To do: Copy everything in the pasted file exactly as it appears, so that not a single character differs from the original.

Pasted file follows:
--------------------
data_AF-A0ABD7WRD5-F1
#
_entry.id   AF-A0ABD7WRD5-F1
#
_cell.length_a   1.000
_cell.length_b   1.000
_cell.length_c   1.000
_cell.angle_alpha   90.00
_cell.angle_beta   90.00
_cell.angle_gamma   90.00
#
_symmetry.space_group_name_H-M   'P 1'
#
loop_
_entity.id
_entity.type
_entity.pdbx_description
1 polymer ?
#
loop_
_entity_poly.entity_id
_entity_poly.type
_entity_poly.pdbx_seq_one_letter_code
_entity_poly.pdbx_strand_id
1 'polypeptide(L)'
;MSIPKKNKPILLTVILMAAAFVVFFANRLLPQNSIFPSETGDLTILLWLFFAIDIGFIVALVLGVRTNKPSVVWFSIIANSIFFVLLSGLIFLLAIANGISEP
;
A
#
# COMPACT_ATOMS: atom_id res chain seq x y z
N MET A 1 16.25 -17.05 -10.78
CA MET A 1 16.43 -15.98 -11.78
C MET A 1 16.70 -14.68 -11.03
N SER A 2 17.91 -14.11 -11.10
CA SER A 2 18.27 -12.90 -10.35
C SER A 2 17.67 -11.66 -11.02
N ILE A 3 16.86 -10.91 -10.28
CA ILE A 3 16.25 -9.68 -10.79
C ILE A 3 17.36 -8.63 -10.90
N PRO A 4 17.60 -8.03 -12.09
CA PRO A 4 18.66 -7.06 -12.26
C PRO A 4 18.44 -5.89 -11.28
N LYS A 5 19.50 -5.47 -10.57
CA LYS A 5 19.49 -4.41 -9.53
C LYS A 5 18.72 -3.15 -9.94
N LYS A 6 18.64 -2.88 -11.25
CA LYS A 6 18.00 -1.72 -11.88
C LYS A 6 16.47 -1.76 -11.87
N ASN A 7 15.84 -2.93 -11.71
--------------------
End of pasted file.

data_AF-A0ABD7WRD5-F1
#
_entry.id   AF-A0ABD7WRD5-F1
#
_cell.length_a   1.000
_cell.length_b   1.000
_cell.length_c   1.000
_cell.angle_alpha   90.00
_cell.angle_beta   90.00
_cell.angle_gamma   90.00
#
_symmetry.space_group_name_H-M   'P 1'
#
loop_
_entity.id
_entity.type
_entity.pdbx_description
1 polymer ?
#
loop_
_entity_poly.entity_id
_entity_poly.type
_entity_poly.pdbx_seq_one_letter_code
_entity_poly.pdbx_strand_id
1 'polypeptide(L)'
;MSIPKKNKPILLTVILMAAAFVVFFANRLLPQNSIFPSETGDLTILLWLFFAIDIGFIVALVLGVRTNKPSVVWFSIIANSIFFVLLSGLIFLLAIANGISEP
;
A
#
# COMPACT_ATOMS: atom_id res chain seq x y z
N MET A 1 16.25 -17.05 -10.78
CA MET A 1 16.43 -15.98 -11.78
C MET A 1 16.70 -14.68 -11.03
N SER A 2 17.91 -14.11 -11.10
CA SER A 2 18.27 -12.90 -10.35
C SER A 2 17.67 -11.66 -11.02
N ILE A 3 16.86 -10.91 -10.28
CA ILE A 3 16.25 -9.68 -10.79
C ILE A 3 17.36 -8.63 -10.90
N PRO A 4 17.60 -8.03 -12.09
CA PRO A 4 18.66 -7.06 -12.26
C PRO A 4 18.44 -5.89 -11.28
N LYS A 5 19.50 -5.47 -10.57
CA LYS A 5 19.49 -4.41 -9.53
C LYS A 5 18.72 -3.15 -9.94
N LYS A 6 18.64 -2.88 -11.25
CA LYS A 6 18.00 -1.72 -11.88
C LYS A 6 16.47 -1.76 -11.87
N ASN A 7 15.84 -2.93 -11.71